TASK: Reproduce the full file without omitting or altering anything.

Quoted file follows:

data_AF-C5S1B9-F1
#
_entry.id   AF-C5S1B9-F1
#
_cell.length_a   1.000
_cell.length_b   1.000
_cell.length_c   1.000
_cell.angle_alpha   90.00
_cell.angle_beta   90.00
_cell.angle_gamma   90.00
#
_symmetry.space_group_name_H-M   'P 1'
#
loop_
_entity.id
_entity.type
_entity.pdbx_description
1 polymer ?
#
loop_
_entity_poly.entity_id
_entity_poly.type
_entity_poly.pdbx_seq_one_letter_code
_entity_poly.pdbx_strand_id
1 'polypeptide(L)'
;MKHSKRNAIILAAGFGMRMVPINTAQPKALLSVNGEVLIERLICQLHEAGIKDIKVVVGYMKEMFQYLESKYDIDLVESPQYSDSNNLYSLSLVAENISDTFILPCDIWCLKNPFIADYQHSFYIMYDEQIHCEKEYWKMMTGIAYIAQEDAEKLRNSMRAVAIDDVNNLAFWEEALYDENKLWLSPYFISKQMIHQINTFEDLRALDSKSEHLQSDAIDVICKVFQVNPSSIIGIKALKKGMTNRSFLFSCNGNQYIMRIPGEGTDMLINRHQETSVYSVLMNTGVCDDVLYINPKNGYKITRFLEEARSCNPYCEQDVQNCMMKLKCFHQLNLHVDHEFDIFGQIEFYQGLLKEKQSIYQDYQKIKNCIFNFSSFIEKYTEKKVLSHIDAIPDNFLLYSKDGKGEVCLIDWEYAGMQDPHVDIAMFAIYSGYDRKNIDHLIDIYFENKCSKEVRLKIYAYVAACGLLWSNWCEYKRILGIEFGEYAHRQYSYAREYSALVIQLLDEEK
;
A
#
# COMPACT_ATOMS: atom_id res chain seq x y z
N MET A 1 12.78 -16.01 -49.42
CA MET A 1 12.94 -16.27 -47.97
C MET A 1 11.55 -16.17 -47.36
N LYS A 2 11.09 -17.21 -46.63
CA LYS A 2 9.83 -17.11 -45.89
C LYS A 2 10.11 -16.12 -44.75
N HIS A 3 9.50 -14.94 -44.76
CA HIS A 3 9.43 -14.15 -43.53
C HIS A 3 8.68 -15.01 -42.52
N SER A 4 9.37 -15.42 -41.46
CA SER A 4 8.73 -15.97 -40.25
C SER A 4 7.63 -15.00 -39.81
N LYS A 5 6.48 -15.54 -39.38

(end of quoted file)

data_AF-C5S1B9-F1
#
_entry.id   AF-C5S1B9-F1
#
_cell.length_a   1.000
_cell.length_b   1.000
_cell.length_c   1.000
_cell.angle_alpha   90.00
_cell.angle_beta   90.00
_cell.angle_gamma   90.00
#
_symmetry.space_group_name_H-M   'P 1'
#
loop_
_entity.id
_entity.type
_entity.pdbx_description
1 polymer ?
#
loop_
_entity_poly.entity_id
_entity_poly.type
_entity_poly.pdbx_seq_one_letter_code
_entity_poly.pdbx_strand_id
1 'polypeptide(L)'
;MKHSKRNAIILAAGFGMRMVPINTAQPKALLSVNGEVLIERLICQLHEAGIKDIKVVVGYMKEMFQYLESKYDIDLVESPQYSDSNNLYSLSLVAENISDTFILPCDIWCLKNPFIADYQHSFYIMYDEQIHCEKEYWKMMTGIAYIAQEDAEKLRNSMRAVAIDDVNNLAFWEEALYDENKLWLSPYFISKQMIHQINTFEDLRALDSKSEHLQSDAIDVICKVFQVNPSSIIGIKALKKGMTNRSFLFSCNGNQYIMRIPGEGTDMLINRHQETSVYSVLMNTGVCDDVLYINPKNGYKITRFLEEARSCNPYCEQDVQNCMMKLKCFHQLNLHVDHEFDIFGQIEFYQGLLKEKQSIYQDYQKIKNCIFNFSSFIEKYTEKKVLSHIDAIPDNFLLYSKDGKGEVCLIDWEYAGMQDPHVDIAMFAIYSGYDRKNIDHLIDIYFENKCSKEVRLKIYAYVAACGLLWSNWCEYKRILGIEFGEYAHRQYSYAREYSALVIQLLDEEK
;
A
#
# COMPACT_ATOMS: atom_id res chain seq x y z
N MET A 1 12.78 -16.01 -49.42
CA MET A 1 12.94 -16.27 -47.97
C MET A 1 11.55 -16.17 -47.36
N LYS A 2 11.09 -17.21 -46.63
CA LYS A 2 9.83 -17.11 -45.89
C LYS A 2 10.11 -16.12 -44.75
N HIS A 3 9.50 -14.94 -44.76
CA HIS A 3 9.43 -14.15 -43.53
C HIS A 3 8.68 -15.01 -42.52
N SER A 4 9.37 -15.42 -41.46
CA SER A 4 8.73 -15.97 -40.25
C SER A 4 7.63 -15.00 -39.81
N LYS A 5 6.48 -15.54 -39.38